ADRA Canada has received the final reports from a 2022 project we supported in Ethiopia. Implemented by our partners at ADRA Czech Republic and ADRA Ethiopia, the project titled “Crisis Intervention for People Affected by the Conflict in Tigray” was designed to meet the needs of people suffering through the conflict in the aforementioned Tigray region of northern Ethiopia, as well as the region of Afar. The Tigray War lasted two years, between November 2020 and November 2022. During that time, many people were displaced from their homes. The crisis responses had many facets: providing food, training local ADRA field staff in gender-based violence prevention, and distributing menstrual hygiene kits (also known as “Dignity Kits”) to 2940 women and girls.
One of the more notable developments during this project was driven by local events. Initially, ADRA had planned to deliver water by truck to refugee settlement sites for internally displaced people (IDP). Things took an unexpected turn when most of these IDPs decided to return to their homes and communities. While it was good that people felt safe returning to their homes, the water needs for these individuals were still significant, and ADRA had to adapt. The plan morphed from delivering truckloads of water to rehabilitating water sources closer to where the IDPs had moved. The renovations to these water reservoirs included the installation of new piping and valve chambers, as well as waterproofing.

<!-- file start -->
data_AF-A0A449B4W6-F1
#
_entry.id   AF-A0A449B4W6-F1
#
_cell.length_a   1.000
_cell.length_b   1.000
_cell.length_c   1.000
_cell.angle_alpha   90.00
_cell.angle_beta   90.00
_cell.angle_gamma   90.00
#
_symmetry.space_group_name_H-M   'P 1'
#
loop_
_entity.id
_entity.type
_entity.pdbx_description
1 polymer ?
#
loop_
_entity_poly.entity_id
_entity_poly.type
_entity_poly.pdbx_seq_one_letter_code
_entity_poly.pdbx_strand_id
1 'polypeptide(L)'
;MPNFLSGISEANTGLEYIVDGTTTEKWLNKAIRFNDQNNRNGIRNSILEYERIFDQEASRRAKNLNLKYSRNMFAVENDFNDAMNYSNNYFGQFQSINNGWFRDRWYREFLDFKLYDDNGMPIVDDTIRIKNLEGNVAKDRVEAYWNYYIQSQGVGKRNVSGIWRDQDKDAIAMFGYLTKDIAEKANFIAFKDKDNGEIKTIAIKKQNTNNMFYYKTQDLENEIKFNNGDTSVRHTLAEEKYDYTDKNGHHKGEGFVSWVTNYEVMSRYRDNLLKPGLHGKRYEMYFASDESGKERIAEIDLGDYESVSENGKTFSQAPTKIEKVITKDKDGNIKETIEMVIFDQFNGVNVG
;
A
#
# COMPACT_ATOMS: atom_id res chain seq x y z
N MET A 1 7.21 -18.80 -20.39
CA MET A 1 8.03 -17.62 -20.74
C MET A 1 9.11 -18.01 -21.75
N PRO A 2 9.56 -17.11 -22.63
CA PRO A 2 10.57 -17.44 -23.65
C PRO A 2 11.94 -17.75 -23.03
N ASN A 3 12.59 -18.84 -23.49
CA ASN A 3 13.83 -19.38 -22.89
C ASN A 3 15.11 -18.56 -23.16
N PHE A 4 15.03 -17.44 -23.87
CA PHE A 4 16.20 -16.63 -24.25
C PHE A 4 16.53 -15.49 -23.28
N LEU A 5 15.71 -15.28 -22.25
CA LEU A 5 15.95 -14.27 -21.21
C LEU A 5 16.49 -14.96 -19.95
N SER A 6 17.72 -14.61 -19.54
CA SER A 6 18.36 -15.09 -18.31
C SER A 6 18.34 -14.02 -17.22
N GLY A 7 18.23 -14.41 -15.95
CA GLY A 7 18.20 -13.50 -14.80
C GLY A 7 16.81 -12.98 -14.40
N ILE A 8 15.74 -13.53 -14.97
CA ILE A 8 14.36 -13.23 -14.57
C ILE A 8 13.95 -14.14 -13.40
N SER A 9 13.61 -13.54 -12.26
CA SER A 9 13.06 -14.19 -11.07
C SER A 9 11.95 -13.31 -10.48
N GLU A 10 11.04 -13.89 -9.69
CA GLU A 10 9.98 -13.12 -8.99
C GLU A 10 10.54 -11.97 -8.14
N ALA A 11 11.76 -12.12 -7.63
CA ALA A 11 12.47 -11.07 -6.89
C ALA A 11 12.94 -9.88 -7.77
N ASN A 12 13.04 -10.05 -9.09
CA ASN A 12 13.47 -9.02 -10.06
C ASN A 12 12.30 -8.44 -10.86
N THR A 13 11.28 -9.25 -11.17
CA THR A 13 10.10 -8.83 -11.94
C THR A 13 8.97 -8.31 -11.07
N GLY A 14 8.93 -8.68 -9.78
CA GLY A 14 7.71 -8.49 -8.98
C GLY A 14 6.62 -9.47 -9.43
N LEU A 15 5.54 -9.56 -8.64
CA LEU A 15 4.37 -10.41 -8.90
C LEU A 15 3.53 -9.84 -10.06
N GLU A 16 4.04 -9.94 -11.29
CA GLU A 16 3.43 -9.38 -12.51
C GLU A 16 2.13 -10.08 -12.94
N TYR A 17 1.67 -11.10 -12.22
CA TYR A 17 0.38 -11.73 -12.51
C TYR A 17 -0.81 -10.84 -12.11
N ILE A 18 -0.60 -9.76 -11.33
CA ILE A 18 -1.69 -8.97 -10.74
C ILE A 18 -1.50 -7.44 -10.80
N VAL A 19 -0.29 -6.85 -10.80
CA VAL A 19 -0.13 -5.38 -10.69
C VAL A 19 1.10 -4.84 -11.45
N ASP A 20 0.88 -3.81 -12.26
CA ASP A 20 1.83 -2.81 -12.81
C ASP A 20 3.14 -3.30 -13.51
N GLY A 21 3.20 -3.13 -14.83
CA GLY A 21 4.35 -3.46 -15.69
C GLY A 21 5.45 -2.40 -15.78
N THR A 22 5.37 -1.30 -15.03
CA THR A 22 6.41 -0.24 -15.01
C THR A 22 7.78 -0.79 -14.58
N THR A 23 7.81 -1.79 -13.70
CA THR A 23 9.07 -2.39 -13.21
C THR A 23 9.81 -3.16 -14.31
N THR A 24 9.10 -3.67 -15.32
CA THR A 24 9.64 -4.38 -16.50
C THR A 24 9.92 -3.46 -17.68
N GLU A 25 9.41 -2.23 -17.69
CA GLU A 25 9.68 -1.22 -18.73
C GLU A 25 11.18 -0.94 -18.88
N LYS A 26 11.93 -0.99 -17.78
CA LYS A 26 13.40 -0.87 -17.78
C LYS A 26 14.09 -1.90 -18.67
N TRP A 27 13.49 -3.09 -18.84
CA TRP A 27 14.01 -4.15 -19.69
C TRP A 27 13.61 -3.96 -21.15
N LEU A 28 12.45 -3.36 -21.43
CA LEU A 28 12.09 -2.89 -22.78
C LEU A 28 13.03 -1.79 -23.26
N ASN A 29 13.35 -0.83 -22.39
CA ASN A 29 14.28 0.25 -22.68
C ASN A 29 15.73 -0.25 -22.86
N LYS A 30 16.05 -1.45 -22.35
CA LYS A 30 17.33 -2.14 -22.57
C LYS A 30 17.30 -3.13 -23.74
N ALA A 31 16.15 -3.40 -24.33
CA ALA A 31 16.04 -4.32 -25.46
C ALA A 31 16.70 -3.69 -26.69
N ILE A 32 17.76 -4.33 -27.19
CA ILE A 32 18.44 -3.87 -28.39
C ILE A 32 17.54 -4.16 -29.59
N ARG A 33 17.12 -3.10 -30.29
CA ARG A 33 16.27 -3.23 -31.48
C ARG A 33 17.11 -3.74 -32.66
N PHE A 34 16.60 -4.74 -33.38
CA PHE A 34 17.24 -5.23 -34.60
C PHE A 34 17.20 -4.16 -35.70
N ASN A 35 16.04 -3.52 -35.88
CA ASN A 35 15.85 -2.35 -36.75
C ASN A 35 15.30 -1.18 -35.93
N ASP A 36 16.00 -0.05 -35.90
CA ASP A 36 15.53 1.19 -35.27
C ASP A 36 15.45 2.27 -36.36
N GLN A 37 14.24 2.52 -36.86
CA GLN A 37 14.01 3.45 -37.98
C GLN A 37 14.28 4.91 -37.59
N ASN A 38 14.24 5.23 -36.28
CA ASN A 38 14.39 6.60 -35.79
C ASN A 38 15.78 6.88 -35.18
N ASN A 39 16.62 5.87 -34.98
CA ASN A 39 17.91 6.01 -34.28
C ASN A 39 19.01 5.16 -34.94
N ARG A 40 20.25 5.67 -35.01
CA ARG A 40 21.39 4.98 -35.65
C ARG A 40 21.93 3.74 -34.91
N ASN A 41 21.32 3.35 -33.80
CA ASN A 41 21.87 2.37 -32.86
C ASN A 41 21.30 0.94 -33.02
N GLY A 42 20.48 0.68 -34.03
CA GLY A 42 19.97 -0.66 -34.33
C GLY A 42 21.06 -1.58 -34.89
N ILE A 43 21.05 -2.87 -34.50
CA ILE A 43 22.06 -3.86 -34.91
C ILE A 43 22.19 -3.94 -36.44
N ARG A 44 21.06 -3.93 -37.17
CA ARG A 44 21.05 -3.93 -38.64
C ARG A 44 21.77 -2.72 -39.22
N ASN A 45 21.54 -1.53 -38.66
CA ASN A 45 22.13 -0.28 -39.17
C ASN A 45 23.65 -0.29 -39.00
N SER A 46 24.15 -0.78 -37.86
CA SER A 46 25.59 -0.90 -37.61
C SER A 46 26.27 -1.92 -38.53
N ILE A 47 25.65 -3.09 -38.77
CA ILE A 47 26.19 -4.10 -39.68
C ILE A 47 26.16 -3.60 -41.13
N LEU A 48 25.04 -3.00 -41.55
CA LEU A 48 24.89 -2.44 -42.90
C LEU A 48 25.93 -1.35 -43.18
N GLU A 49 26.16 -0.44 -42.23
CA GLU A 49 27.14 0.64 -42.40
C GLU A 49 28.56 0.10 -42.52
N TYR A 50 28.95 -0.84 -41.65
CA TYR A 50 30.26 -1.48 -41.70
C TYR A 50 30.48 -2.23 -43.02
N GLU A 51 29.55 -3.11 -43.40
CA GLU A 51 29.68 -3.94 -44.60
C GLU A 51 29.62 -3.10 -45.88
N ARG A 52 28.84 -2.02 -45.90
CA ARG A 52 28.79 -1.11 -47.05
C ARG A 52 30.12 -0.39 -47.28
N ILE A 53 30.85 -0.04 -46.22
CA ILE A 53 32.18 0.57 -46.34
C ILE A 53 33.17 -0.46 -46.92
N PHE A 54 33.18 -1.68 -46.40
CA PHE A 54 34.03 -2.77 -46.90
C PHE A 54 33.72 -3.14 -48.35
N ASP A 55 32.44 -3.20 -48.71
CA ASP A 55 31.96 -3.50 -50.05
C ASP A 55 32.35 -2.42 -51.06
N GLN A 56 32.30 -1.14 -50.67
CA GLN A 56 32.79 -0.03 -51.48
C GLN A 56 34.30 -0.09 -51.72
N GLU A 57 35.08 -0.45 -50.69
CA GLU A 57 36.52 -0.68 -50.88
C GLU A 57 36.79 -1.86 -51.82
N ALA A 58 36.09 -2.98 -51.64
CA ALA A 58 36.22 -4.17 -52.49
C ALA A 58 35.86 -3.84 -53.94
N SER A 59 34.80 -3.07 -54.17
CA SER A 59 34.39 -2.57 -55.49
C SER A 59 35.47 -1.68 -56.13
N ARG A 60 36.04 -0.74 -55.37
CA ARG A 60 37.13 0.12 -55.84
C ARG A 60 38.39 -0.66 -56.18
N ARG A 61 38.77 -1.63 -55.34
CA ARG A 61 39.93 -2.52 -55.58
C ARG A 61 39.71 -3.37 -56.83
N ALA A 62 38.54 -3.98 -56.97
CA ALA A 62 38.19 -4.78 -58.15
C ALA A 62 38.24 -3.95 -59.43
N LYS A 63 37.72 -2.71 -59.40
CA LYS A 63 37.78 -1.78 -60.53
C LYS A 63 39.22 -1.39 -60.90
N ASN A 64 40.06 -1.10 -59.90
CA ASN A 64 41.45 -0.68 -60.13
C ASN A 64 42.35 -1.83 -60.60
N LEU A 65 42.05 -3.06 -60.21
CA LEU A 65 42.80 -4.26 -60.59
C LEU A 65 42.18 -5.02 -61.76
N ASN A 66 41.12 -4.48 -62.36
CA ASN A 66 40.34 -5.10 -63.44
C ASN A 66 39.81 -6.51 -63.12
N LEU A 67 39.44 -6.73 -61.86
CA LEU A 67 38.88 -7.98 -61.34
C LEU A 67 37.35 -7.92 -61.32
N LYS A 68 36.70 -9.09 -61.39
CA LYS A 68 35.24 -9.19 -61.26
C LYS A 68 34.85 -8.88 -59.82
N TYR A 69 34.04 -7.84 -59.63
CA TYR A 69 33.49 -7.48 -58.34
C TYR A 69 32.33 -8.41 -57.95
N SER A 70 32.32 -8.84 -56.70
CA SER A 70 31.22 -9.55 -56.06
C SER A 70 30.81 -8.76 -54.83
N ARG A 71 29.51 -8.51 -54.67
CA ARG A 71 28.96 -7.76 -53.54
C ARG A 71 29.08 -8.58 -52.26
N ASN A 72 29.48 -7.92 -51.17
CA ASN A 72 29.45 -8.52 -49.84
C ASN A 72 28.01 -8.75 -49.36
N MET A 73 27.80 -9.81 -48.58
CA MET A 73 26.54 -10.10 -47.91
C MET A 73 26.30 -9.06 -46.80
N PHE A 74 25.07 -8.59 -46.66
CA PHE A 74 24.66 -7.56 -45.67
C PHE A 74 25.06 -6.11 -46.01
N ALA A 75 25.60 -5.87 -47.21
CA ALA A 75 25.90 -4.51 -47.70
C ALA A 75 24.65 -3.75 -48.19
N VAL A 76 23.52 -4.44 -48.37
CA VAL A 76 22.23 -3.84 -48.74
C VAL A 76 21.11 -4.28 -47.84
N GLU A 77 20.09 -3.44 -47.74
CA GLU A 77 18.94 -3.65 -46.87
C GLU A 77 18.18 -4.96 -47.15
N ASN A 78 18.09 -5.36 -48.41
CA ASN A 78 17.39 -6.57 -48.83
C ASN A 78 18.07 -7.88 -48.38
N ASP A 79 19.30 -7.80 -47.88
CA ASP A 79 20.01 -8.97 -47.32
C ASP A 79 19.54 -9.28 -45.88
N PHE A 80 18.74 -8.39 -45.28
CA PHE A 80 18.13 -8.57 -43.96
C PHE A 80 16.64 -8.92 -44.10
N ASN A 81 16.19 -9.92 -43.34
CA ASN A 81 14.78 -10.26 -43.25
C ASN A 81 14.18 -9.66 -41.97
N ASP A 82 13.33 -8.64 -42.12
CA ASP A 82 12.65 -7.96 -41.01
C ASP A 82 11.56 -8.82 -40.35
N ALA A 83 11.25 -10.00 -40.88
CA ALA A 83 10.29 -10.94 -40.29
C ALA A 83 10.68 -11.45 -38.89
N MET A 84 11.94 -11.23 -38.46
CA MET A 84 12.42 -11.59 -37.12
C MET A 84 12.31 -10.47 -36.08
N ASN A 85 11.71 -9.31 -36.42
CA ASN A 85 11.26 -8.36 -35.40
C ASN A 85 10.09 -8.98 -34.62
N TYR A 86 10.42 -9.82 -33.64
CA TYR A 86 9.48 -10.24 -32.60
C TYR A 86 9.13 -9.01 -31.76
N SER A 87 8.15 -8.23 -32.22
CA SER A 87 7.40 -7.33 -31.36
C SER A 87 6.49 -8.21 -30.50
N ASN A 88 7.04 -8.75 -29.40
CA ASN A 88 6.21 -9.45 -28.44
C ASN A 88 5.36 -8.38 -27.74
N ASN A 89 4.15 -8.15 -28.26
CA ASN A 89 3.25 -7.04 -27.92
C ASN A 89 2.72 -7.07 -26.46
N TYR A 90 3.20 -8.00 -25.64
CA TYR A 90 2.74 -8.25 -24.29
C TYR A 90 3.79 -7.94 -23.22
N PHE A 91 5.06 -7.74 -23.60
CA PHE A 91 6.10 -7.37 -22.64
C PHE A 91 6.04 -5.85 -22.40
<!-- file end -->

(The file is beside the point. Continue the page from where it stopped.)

In the past, these same water reservoirs had at times been interrupted or compromised due to faulty installation or other technical errors. In addition to providing immediate water access, there was the additional benefit of addressing the root of some of these problems and repairing the reservoirs with sustainability in mind.
While the population move had been unexpected, it actually led to resolution of previously existing problems that will have lasting effects in the future, and the final goal of providing 6000 people with potable water was achieved nonetheless. These 6000 people (roughly equivalent to about 1000 households / families) have also been trained in COVID-19 prevention, received helpful non-food items to help maintain basic hygiene while displaced, and were provided with food to cover one full month’s worth of nutrition.